Yes, floats and doubles are both stored in the IEEE754 format, so they have the same precision problems, but worse for floats. I presume promotion would entail filling the mantissa with 0s, so the promoted value will not be the same as the double. I don't know whether the Java® Language Specification (=JLS) says anything more specific.
Jeanne Boyarsky wrote:. . . Not sure if floats are, but I imagine the same . . .
That link does indeed show the standard way to print the runtime type of a reference variable. It even works for arrays, but the output looks strange if you aren't used to it. You can't do the same for primitives becaue they don't have a getClass() method. They don't have any methods in fact. Junilu has shown that the compiler can predict what the runtime type of s1 + s2 is, but not the individual variables:-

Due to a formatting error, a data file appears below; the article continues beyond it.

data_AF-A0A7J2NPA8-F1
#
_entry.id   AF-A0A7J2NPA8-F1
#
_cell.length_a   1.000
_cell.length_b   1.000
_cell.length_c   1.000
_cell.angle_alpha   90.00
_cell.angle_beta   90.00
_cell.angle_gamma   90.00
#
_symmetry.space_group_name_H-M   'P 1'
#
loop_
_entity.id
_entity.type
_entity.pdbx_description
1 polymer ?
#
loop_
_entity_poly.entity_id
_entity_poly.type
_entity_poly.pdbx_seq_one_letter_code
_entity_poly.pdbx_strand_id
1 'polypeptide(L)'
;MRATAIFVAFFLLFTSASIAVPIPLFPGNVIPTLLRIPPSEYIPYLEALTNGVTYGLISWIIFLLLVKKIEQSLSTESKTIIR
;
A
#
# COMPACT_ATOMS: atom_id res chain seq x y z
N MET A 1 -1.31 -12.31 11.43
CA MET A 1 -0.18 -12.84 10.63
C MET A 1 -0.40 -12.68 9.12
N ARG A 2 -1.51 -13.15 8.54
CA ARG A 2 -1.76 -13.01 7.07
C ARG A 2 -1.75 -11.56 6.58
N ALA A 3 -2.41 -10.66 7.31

Sam Peterson wrote:. . . I wasn't the first one to think about this idea. . .
You cannot, as far as I know, see that during that calculation, both shorts are promoted to ints, and revert to being shorts, their declared type, when the arithmetic has finished.
The same code as Junilu's wrote:jshell> WhatIs.typeOf(s1 + s2)
$15 ==> "Primitive: int"
So it can only be assigned to an int or a long, or must be explicitly cast.
The type of an additive expression on numeric operands is the promoted type of its operands.